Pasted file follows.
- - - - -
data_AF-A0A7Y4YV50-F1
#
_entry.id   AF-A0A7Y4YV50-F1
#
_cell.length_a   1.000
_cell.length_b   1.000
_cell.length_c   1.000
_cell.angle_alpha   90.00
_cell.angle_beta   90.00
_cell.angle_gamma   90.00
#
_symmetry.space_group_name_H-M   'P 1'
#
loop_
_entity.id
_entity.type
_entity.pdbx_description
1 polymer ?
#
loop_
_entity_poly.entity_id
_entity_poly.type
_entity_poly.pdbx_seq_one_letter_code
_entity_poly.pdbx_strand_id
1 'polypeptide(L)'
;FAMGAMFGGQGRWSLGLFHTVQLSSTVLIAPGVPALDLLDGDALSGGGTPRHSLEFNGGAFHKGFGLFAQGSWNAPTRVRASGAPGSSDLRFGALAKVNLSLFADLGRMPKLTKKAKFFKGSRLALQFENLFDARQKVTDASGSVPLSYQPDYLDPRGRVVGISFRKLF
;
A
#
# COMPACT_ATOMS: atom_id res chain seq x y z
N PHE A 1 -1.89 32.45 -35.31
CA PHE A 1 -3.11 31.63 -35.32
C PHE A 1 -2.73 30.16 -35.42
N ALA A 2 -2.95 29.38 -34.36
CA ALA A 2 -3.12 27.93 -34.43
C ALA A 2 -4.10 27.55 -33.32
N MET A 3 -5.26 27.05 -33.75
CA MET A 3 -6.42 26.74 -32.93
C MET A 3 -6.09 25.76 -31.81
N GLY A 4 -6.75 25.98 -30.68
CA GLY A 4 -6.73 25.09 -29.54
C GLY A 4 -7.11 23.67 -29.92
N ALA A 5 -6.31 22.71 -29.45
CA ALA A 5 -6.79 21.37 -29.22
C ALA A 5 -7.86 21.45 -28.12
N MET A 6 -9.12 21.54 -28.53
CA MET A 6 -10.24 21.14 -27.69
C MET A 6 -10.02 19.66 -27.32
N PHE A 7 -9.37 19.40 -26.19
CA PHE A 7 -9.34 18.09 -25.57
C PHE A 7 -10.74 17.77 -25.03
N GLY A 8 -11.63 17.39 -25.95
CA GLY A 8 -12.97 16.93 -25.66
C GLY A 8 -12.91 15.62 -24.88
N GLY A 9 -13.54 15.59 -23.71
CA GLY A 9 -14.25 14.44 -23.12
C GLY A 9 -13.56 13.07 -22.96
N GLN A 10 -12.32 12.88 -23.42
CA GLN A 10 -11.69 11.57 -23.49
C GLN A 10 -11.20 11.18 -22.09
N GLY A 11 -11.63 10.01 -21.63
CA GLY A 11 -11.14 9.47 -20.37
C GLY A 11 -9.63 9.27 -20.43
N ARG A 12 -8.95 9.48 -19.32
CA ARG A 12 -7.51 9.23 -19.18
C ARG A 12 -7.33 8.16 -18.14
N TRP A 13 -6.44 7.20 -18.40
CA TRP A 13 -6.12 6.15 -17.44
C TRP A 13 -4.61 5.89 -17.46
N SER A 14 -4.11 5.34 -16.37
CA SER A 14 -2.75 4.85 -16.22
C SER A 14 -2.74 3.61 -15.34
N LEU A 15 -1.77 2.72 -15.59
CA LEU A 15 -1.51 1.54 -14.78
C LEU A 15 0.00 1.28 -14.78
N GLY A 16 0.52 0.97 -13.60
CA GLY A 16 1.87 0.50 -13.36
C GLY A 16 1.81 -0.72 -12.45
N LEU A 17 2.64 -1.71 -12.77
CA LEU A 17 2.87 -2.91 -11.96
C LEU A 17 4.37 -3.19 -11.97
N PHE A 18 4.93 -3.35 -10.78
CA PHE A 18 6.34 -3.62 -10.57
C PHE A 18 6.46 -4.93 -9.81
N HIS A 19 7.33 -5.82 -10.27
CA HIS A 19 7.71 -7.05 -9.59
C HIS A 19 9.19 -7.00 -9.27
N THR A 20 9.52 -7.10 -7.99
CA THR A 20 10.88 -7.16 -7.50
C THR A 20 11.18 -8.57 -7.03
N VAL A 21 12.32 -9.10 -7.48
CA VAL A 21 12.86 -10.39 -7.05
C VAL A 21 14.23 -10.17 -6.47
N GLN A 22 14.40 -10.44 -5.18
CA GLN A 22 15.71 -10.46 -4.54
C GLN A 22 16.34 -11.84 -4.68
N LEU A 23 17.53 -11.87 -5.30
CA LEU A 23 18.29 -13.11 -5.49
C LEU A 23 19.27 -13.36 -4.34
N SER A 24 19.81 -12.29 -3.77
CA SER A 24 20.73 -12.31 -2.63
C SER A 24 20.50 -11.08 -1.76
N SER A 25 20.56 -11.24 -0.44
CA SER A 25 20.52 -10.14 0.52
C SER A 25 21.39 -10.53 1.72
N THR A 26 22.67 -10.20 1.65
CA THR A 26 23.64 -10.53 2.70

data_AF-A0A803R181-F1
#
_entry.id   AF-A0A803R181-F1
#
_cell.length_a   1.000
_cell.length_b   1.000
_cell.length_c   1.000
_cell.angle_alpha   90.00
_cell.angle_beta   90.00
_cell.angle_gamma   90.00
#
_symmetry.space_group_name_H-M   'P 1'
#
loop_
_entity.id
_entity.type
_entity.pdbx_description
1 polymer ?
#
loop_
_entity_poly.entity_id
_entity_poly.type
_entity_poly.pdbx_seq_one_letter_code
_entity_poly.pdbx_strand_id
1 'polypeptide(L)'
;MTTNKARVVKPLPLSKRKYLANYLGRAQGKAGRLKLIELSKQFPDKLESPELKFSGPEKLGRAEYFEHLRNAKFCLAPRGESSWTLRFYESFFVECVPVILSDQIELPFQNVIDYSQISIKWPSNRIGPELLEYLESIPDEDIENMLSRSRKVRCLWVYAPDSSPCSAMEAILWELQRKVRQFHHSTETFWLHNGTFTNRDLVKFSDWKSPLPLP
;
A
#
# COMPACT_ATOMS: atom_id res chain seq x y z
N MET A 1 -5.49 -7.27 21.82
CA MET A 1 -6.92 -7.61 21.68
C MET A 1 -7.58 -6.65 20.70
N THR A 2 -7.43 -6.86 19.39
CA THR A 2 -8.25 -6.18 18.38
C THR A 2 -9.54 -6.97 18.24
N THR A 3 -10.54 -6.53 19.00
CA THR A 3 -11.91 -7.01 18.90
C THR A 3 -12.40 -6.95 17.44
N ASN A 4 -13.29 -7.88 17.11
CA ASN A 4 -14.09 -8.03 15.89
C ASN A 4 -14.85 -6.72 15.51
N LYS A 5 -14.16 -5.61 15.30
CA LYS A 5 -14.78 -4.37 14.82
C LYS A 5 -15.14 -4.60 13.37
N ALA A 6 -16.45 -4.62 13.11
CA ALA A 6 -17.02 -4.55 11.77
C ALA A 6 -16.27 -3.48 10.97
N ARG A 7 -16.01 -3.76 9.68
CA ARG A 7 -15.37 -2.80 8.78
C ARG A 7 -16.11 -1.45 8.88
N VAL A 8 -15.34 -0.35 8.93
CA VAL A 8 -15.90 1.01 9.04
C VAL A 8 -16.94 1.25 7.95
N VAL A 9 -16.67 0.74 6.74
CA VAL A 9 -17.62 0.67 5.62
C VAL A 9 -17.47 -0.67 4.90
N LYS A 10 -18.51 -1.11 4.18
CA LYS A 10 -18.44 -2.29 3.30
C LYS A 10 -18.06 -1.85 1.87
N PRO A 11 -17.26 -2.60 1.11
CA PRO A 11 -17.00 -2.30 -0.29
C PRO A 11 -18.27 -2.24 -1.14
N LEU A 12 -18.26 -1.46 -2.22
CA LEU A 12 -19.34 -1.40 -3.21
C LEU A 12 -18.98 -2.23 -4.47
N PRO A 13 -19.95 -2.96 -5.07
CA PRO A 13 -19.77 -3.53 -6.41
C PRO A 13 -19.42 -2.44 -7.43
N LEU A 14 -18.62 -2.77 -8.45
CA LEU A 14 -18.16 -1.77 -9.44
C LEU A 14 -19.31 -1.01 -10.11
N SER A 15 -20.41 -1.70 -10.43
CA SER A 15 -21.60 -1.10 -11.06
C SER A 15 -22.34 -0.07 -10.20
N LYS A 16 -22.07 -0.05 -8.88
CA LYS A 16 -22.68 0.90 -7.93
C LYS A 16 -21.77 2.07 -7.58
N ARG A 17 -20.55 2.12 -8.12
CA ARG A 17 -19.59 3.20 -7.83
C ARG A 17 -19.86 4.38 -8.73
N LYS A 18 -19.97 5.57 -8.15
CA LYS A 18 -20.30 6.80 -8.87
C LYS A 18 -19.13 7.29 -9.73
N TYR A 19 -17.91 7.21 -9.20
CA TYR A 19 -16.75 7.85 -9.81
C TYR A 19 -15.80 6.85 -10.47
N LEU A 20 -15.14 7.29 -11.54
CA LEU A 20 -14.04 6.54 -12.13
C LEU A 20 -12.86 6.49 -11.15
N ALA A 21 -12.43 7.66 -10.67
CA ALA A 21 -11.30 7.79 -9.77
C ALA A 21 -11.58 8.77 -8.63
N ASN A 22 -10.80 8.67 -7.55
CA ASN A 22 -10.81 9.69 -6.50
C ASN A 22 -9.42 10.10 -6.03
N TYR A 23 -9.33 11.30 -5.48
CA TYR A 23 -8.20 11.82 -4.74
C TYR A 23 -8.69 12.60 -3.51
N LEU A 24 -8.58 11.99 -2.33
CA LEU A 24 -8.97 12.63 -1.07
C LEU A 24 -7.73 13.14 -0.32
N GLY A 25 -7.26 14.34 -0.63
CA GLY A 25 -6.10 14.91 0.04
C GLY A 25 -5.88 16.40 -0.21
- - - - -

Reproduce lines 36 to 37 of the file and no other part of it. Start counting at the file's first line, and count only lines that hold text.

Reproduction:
C ALA A 2 -4.10 27.55 -33.32
N MET A 3 -5.26 27.05 -33.75